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Lois is angry and embarrassed when the story comes out under her byline.  Superman starts trying to find out what Susie overheard to spark the story, and discovers that her lie was, in fact, true, if only by fluke.  He stops the riot, and Lois’ reputation is restored.

It’s a couple of years before Susie returns, in the pages of Superman.

Action 59 – Superman meets Susie, and the Vigilante meets the Fiddler

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Superman meets Lois’ niece Susie in this issue, but not inside a Nazi tank, despite the cover for Action 59 (April 1943).

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The story itself, by Siegel, Sikela and Dobrotka, bears no resemblance to the style of Susie’s later stories.  Susie would come to be known as a “teller of tall tales,” to be polite.

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In this story, Lois enlists Clark as an emergency babysitter.  We learn that Susie is the daughter of Lois’ sister, although that woman is not named.  As Susie’s last name is Tompkins, that at least gives us the father’s name.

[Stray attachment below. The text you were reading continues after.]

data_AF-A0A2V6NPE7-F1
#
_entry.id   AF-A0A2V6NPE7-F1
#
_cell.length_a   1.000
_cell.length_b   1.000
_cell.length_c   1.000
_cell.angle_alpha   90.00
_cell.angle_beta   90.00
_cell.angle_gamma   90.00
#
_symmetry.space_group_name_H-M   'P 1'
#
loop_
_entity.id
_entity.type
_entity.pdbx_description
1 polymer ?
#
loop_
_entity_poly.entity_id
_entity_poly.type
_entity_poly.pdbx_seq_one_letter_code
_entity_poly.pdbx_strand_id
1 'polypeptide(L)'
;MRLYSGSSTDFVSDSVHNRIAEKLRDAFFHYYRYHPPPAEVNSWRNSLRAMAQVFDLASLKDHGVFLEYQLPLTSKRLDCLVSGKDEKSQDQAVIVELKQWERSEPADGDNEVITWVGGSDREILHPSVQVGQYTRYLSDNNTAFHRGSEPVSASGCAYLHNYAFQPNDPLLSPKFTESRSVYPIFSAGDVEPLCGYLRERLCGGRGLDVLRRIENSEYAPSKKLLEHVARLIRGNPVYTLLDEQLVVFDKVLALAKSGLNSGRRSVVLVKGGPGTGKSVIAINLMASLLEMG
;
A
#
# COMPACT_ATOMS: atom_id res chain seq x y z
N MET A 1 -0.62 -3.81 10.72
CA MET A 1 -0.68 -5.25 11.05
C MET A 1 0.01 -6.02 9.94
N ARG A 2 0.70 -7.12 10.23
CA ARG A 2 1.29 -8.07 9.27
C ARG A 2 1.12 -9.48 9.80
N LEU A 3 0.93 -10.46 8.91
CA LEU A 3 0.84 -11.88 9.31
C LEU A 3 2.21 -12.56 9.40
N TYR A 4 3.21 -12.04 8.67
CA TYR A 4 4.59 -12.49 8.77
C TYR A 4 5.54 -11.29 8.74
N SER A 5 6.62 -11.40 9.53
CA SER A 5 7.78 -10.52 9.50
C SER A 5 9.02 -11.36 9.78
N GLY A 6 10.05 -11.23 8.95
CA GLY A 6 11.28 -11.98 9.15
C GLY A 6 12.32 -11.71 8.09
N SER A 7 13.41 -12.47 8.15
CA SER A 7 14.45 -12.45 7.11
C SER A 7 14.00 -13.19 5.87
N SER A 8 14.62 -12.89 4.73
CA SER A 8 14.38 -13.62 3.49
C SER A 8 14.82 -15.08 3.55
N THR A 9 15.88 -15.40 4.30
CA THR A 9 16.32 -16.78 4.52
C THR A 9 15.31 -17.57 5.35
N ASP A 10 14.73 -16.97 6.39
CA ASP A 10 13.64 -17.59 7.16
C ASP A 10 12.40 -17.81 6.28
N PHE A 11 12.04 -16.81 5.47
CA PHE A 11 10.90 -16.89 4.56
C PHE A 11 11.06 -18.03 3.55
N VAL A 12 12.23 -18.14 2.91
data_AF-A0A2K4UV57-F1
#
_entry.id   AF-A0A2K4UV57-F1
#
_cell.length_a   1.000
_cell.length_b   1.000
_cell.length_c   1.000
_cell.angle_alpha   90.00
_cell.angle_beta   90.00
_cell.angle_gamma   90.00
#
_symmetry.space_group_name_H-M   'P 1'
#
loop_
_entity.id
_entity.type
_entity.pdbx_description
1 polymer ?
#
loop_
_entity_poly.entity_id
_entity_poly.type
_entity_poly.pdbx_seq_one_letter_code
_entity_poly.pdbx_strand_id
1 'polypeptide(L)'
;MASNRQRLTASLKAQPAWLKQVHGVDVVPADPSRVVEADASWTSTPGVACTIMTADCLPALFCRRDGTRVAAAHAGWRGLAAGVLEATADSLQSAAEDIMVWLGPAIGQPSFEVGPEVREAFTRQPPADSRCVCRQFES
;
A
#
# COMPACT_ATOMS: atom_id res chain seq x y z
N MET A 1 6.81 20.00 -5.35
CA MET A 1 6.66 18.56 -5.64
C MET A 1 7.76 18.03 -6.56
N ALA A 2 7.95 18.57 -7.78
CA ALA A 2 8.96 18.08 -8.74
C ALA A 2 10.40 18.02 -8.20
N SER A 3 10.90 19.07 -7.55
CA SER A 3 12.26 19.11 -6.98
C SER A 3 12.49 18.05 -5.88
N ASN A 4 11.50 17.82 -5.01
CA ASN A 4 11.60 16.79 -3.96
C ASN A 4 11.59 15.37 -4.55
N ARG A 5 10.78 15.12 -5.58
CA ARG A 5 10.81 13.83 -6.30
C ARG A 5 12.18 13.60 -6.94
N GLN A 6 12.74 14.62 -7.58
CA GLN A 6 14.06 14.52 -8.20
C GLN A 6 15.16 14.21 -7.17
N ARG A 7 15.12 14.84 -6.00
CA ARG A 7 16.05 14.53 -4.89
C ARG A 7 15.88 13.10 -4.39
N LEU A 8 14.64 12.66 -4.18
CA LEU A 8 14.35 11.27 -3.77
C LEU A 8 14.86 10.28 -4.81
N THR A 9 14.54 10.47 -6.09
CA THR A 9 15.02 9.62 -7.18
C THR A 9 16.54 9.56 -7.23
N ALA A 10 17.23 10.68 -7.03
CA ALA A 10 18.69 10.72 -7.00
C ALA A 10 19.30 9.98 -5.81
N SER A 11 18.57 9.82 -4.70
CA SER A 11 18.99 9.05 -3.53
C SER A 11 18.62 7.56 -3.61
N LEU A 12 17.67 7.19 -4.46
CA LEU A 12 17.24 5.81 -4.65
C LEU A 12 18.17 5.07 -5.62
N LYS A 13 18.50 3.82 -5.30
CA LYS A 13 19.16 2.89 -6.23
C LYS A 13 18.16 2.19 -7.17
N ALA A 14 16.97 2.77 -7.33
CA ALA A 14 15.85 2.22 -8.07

Clark starts reading Susie the story of Cinderella, but falls asleep while doing so.

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The rest of the story relates the Cinderella story, with Susie aged into the lead role, and Superman standing in for the fairy godmother.

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There are some men trying to kill the prince, which gives Superman an opportunity for some action.  At the end, Clark wakes, and Susie and Lois are both amused that Clark would dream that he is Superman.

Susie returns next year in this book.

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Mort Meskin and Charles Paris introduce a new foe for the Vigilante in this issue, the Fiddler.  Although superficially similar, this is quite a different character from the better known one, the Flash villain introduced a few years down the road.

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This Fiddler passes himself off as a harmless old street musician, while secretly communicating with his criminal gang through his music.

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Even after his gang winds up in a fight with Vigilante and Stuff, they have no idea that the “witness” they question is really the leader of the gang.

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Later, as Vigilante and Stuff stop a shipboard robbery, Greg hears the same music, and recognizes the man’s voice.  Stuff appears to get shot, but misses the bullet by falling overboard, and swims back in time to save Vigilante.

The Fiddler is captured and sent to prison, but returns in a couple of months anyway.